Any bit of text below this tag is inserted inside the android.defaultconfig section of the build file.


Any bit of text below this tag is inserted inside the global scope of the build file.


An Android plugin will usually have a singleton class that will load it, this class inherits from Godot.SingletonBase. Resource identifiers for any additional resources you have provided for the module will be in the class, so you’ll likely want to import it.


package org.godotengine.godot;

import android.content.Intent;
import android.content.Context;
import javax.microedition.khronos.opengles.GL10;

public class MySingleton extends Godot.SingletonBase {

    protected Activity appActivity;
    protected Context appContext;
    private Godot activity = null;
    private int instanceId = 0;

    public String myFunction(String p_str) {
        // A function to bind.
        return "Hello " + p_str;

    public void getInstanceId(int pInstanceId) {
        // You will need to call this method from Godot and pass in the get_instance_id().
        instanceId = pInstanceId;

    static public Godot.SingletonBase initialize(Activity p_activity) {
        return new MySingleton(p_activity);

    public MySingleton(Activity p_activity) {
        // Register class name and functions to bind.
        registerClass("MySingleton", new String[]
        this.appActivity = p_activity;
        this.appContext = appActivity.getApplicationContext();
        // You might want to try initializing your singleton here, but android
        // threads are weird and this runs in another thread, so to interact with Godot you usually have to do.
        this.activity = (Godot)p_activity;
        this.activity.runOnUiThread(new Runnable() {
                public void run() {
                    // Useful way to get config info from "project.godot".
                    String key = GodotLib.getGlobal("plugin/api_key");
                    // SDK.initializeHere();


    // Forwarded callbacks you can reimplement, as SDKs often need them.

    protected void onMainActivityResult(int requestCode, int resultCode, Intent data) {}
    protected void onMainRequestPermissionsResult(int requestCode, String[] permissions, int[] grantResults) {}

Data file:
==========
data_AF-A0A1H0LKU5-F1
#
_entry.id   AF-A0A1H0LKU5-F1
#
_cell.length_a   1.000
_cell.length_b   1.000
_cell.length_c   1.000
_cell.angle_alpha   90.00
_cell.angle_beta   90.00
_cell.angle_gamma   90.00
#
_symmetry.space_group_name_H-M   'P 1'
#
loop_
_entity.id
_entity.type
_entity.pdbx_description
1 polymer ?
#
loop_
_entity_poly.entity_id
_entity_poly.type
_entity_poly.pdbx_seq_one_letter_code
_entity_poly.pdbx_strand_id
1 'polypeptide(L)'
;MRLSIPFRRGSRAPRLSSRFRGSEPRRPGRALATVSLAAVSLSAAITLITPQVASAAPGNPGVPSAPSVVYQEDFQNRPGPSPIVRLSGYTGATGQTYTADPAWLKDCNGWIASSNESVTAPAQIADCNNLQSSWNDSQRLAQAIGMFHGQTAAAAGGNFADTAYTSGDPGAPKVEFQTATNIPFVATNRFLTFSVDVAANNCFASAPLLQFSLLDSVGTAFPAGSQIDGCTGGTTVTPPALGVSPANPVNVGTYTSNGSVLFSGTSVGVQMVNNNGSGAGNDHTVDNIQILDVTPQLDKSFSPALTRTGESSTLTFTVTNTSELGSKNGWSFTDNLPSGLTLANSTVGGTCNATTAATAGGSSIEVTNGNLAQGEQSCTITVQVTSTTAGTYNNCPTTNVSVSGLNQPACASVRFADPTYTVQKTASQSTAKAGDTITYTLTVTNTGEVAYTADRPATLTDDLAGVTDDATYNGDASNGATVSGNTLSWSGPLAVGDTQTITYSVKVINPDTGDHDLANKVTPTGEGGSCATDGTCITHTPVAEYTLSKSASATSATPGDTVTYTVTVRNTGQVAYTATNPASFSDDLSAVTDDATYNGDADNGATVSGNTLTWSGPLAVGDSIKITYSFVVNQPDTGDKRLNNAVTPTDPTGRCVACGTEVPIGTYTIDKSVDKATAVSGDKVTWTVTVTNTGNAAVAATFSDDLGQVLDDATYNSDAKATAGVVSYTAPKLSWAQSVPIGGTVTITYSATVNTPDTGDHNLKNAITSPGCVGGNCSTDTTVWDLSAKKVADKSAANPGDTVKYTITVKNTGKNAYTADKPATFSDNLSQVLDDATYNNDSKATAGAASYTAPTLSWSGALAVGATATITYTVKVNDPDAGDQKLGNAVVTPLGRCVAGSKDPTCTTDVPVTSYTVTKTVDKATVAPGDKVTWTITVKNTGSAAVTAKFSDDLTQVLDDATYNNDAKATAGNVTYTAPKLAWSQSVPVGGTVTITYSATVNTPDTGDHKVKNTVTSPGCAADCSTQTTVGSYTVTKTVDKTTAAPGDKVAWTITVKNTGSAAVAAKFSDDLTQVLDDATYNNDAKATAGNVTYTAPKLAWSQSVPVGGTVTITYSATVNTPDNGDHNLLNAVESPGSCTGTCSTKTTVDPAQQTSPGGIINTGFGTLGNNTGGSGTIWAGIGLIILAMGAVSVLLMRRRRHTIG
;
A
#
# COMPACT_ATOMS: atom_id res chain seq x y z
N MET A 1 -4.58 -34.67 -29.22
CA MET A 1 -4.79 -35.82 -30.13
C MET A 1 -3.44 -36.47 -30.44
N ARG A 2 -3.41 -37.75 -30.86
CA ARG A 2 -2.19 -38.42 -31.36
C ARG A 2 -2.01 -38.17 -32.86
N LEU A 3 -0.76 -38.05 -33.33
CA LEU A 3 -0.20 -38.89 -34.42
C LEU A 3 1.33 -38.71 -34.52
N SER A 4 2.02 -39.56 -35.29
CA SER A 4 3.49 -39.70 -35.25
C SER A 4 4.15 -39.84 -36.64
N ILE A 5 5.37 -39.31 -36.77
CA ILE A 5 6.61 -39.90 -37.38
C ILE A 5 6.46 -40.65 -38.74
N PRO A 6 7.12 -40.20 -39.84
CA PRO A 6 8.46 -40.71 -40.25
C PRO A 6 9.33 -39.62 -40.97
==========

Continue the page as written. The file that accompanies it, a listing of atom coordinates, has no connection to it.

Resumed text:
protected void onMainPause() {}
    protected void onMainResume() {}
    protected void onMainDestroy() {}

    protected void onGLDrawFrame(GL10 gl) {}
    protected void onGLSurfaceChanged(GL10 gl, int width, int height) {} // Singletons will always miss first 'onGLSurfaceChanged' call.


Calling back to Godot

从Java回调Godot有点困难。 首先必须知道脚本的实例ID,这是通过在脚本上调用 get_instance_ID() 获得的。 这将返回一个可以传递给Java的整数。

从Java中,使用 calldeferred 函数与Godot进行通信。 Java很可能在一个单独的线程中运行,因此调用是延迟的:

GodotLib.calldeferred(<instanceid>, "<function>", new Object[]{param1, param2, etc});

Godot will detect this singleton and initialize it at the proper time.

Using it from GDScript

First you will need to add your singleton into the android modules to be loaded. Go to “Project > Project Settings”. Then on the tab “General” go to the “Android” section, and fill the Modules part with your module name. The module should include the full Java path. For our example: org/godotengine/godot/MySingleton.


Then, from your script:

if Engine.has_singleton("MySingleton"):
    var singleton = Engine.get_singleton("MySingleton")



检查``adb logcat``是否存在可能的问题,然后:

  • 确保libgodot_android.so位于``libs / armeabi``文件夹中
  • 检查Java单例中使用的方法是否仅使用简单的Java数据类型,不支持更复杂的数据类型。


Godot有一个实验性的Java API Wrapper,允许使用GDScript的整个Java API。


class = JavaClassWrapper.wrap(<javaclass as text>)

This is most likely not functional yet, if you want to test it and help us make it work, contact us on